Depreciation, amortisation, and depletion
Depreciation on fixed assets
Land improvements may be depreciated at the rate of 5% per year of the acquisition cost. The maximum allowance is 100% of the tax basis of the improvement.
Buildings may be depreciated at rates between 2% and 5% per year of the taxable basis, depending on type and usage of the building. The maximum allowance is 100% of the tax basis of the building.
For machinery and equipment, the depreciation for tax purposes should correspond to the depreciation charged in the books and accounts, as long as the total net value of the assets is not less than the 70% of net value in previous accounts plus additions less proceeds of sales (i.e. 30% declining-balance depreciation) or cost less 20% per year (i.e. 20% straight-line depreciation on remaining assets). An alternative 25% declining-balance method without correspondence to the books also exists.
Immediate deduction of certain assets
The cost of assets having an expected life of no more than three years and the cost of assets not exceeding certain limits, depending on size of operations, may be deducted immediately. Certain costs for repairs, maintenance, and modifications of buildings may also be deducted immediately.
Amortisation of intangibles and goodwill
The amortisation of patents, leaseholds, and acquired goodwill follows the same rules as depreciation for machinery and equipment, provided these assets have been acquired from another party (see above).
Depletion of mines and quarries
The entire cost of mines and quarries may be depleted over their expected exploitation period. These depletion amounts may be deducted annually but are limited to 100% of the acquisition cost of the mine or quarry.
General start-up expenses for generating and maintaining business income are, as a rule, deductible for Swedish tax purposes.
New interest deduction limitation rules entered into effect on 1 January 2019 and apply from financial years commencing after 31 December 2018.
As a main rule, interest expenses on external loans are fully deductible, whereas interest paid to affiliated companies are deductible only if an exception applies under the Swedish interest stripping restrictions and to the extent that the arm’s-length principle is complied with. Under the interest stripping restrictions, in brief, a deduction is not allowed for interest accruing on an intra-group loan unless the true creditor within the affiliated group (i.e. the person entitled to the interest) is taxed on the interest income at a rate of at least 10%. Regardless, a deduction may be refused if the debt structure has been put in place mainly for the group to achieve a substantial tax benefit.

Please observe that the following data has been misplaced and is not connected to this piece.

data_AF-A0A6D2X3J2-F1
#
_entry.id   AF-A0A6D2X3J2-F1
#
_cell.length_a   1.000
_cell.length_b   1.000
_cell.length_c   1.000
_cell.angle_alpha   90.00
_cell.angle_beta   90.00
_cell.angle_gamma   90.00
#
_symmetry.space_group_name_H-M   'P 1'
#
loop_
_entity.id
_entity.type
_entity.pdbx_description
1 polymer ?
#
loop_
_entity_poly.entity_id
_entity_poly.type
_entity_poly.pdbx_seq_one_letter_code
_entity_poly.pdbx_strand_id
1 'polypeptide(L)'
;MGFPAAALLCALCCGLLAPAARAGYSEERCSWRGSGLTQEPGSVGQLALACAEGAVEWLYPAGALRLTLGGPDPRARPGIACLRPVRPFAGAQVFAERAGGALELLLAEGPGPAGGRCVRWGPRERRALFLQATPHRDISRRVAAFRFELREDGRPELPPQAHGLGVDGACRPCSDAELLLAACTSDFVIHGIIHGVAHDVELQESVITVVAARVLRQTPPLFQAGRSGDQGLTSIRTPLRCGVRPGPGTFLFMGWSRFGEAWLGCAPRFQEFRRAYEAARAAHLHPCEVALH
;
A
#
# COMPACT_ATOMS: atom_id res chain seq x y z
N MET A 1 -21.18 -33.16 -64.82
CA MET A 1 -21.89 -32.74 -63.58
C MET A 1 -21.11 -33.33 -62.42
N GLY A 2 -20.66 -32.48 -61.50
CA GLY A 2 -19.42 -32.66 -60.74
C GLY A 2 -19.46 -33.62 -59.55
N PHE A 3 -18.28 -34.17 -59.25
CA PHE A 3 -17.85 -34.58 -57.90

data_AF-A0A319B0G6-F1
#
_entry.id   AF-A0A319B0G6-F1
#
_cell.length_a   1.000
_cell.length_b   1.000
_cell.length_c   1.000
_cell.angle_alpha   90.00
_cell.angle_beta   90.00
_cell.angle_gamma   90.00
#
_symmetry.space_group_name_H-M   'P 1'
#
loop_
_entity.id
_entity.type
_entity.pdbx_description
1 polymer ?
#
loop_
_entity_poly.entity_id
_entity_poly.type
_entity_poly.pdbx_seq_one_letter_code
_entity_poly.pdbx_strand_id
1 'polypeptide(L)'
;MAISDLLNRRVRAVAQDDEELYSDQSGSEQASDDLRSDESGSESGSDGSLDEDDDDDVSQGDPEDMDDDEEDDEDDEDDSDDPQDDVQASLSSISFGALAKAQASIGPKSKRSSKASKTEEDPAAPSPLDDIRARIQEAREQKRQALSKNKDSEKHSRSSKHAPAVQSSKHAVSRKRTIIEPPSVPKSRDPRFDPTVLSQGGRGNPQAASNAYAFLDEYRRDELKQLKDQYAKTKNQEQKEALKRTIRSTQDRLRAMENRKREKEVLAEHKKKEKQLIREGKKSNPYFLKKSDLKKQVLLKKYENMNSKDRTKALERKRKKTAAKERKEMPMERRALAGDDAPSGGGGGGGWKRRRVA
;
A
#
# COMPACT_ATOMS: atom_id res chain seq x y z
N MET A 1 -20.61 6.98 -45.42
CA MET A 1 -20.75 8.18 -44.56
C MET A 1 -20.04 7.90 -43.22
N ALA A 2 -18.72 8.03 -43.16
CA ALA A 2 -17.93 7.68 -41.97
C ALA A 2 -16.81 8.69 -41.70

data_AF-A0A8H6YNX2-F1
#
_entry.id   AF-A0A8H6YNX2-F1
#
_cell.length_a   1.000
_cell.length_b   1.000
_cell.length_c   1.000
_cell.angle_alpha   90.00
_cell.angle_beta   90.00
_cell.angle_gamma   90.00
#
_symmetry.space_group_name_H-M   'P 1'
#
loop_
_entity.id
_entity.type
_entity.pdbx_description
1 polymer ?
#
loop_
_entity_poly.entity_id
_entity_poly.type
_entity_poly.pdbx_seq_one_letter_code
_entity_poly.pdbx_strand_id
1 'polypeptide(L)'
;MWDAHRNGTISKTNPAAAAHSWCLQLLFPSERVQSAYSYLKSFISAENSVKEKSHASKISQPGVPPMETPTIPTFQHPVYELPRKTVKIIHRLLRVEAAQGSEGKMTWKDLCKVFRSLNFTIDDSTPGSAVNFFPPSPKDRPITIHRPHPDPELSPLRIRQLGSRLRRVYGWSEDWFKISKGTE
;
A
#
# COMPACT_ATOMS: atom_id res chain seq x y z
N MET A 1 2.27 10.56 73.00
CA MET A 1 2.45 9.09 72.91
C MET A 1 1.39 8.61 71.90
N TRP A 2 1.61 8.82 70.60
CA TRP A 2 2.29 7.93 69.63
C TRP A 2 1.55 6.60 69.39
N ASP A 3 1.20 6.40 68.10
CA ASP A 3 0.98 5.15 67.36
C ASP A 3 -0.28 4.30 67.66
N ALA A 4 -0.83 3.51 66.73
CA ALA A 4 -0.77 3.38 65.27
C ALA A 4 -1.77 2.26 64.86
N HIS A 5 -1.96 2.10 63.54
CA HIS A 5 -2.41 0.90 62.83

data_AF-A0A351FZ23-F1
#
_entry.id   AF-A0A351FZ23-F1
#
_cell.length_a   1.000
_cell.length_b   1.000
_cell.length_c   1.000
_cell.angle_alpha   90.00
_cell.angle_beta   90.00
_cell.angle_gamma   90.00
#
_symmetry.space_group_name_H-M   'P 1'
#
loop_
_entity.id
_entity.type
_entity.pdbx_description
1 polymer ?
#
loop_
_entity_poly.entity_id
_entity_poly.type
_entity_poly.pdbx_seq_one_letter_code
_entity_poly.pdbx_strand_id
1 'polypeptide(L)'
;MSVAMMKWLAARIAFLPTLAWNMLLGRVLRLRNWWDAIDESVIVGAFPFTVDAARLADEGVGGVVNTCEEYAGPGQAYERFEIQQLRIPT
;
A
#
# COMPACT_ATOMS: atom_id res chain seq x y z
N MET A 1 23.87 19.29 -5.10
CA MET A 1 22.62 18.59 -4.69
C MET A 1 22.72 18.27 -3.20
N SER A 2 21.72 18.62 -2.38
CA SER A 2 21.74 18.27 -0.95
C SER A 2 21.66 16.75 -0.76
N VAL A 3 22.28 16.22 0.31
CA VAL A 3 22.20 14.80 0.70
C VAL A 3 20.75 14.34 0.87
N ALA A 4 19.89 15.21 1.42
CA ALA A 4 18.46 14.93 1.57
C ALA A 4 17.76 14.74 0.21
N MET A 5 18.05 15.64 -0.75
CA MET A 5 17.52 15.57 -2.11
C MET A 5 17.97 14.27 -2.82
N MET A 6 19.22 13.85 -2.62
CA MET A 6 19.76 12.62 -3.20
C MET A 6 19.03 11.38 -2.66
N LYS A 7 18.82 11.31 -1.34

In addition, a general limitation on the right of deduction applies on negative net interest in the corporate sector. The right of deduction is based on a so-called earnings before interest, taxes, depreciation, and amortisation (EBITDA) rule with a 30% deduction limit. Negative net interest, which is not allowed to be deducted according to this EBITDA rule, may be carried forward during a period of a maximum of six years. However, there is a safe harbor rule where net interest expenses up to SEK 5 million may be deducted for tax purposes. Furthermore, leasing rules that address the interest portion (but not the right of depreciation) also apply.
The recently adopted Swedish interest deduction limitations also contain an absolute prohibition of interest deductions on so-called hybrid mismatches. According to these rules, interest deductions are not allowed on interest costs in a Swedish company due to payments of interest to a foreign company with which the Swedish company has a community of interest, and where the foreign company is not taxed on the interest income due to differences in legal classifications of companies or financial instruments, etc.
Business bad debts are deductible if they are proven wholly or partially worthless.
Purely charitable contributions are generally non-deductible.
Fines and penalties
Fines and penalties are non-deductible for Swedish tax purposes.
Generally, Swedish taxes are not deductible for tax purposes. However, specific taxes, fees, and foreign taxes may be deductible. Recoverable VAT is not treated as an expense or cost.
Net operating losses
Tax losses may be carried forward indefinitely but may become subject to restrictions and/or forfeiture upon ownership changes, mergers and demergers, dispositions with creditors, and certain other reorganisations. No carryback of losses is possible.
Payments to foreign affiliates
Transactions with affiliates not liable to tax in Sweden must be at arm’s length. Formal transfer pricing documentation requirements apply.